Pork Producers Committed To Addressing Antibiotic ResistanceFri, 27 Mar 2015 18:58:22 CDT
Responding to Friday's release of the White House "National Action Plan For Combating Antibiotic-Resistant Bacteria," the National Pork Producers Council said the U.S. pork industry is committed to continuing its efforts to use antibiotics responsibly, to support research on antibiotic resistance and to comply with recent directives related to antibiotic use from the U.S. Food and Drug Administration.
The $1.2 billion plan's primary purpose is to direct activities by the federal government to address antibiotic resistance, but it also is designed to guide action by public health and healthcare professionals and veterinarians "in a common effort to address urgent and serious drug-resistant threats that affect people in the U.S. and around the world."
The pork industry supports studies and research on the epidemiology of antimicrobial resistance, as well as research on identifying alternative products or practices that will help minimize the need to use antibiotics. The industry's Pork Quality Assurance Plus (PQA Plus) program includes principles that provide guidance on responsible antibiotic use and has on-farm assessments to measure points on veterinary oversight and FDA requirements for medical records. It also is reaching out to pork producers to build awareness of and provide information on the changes that result from FDA Guidance 213, which is eliminating for growth promotion uses of antibiotics that are important in human medicine. Additionally the FDA guidance requires veterinary oversight (VFD) of all therapeutic uses of those same antibiotics.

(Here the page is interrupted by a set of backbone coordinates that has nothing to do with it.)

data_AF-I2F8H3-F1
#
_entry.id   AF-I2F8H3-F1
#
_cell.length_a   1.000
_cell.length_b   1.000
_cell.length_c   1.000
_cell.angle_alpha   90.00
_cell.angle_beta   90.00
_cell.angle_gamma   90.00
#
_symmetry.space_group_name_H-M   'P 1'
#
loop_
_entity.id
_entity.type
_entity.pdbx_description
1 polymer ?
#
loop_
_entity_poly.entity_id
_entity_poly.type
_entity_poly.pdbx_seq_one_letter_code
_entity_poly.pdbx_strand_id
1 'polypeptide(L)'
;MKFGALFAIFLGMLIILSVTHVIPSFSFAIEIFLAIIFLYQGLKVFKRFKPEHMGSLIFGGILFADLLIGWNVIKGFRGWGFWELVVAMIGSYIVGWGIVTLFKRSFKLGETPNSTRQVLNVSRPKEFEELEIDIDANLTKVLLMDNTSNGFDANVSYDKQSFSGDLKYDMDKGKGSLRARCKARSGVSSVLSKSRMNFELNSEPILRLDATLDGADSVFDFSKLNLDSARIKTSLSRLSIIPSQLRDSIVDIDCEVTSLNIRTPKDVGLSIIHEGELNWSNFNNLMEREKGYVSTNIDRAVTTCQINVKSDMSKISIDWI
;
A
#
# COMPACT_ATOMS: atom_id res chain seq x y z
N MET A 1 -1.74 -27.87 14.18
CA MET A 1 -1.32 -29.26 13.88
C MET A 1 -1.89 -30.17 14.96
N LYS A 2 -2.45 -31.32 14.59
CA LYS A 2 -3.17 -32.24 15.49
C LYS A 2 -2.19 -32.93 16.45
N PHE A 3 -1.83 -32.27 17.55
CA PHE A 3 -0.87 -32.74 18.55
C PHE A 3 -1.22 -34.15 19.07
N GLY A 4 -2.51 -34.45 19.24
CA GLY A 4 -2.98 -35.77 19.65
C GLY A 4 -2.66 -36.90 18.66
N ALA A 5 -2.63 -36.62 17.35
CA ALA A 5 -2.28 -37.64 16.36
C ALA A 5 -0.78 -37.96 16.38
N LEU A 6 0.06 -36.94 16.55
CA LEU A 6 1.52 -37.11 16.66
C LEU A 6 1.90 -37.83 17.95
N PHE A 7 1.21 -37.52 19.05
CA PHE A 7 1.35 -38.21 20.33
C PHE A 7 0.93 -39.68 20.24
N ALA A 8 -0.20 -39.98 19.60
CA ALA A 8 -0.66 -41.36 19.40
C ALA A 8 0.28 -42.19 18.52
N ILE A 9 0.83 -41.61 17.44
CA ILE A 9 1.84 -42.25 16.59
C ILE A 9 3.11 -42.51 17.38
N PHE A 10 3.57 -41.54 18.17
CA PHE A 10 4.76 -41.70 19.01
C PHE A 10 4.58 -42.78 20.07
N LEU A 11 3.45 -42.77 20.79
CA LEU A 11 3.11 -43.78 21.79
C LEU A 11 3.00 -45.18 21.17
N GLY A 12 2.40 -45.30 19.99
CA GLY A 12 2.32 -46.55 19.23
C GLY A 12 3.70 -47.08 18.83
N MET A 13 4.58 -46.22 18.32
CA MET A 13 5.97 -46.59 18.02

"Pork producers have been at the forefront of developing programs that ensure that antibiotics are being used responsibly," said NPPC President Dr. Ron Prestage, a pork producer from Camden, S.C. "And the U.S. pork industry is committed to doing its part to help address the issue of antibiotic resistance.
"That said, antibiotics are an important tool we use to keep our animals healthy and to produce safe food, and we will continue to employ them for those purposes."
NPPC noted that the White House plan backs the successful implementation of Guidance 213 and the VFD, the development of metrics to gauge the success of antibiotics stewardship efforts and research on alternative products and strategies to reduce the need for antibiotics. The plan also calls for the collection of more data on antibiotic use.
NPPC is committed to working with FDA and the U.S. Department of Agriculture to develop appropriate metrics for measuring the success of the industry's stewardship program. Data collection should focus on increasing the epidemiological knowledge of antibiotic resistance, be practical and representative and not be cost prohibitive, said the organization.
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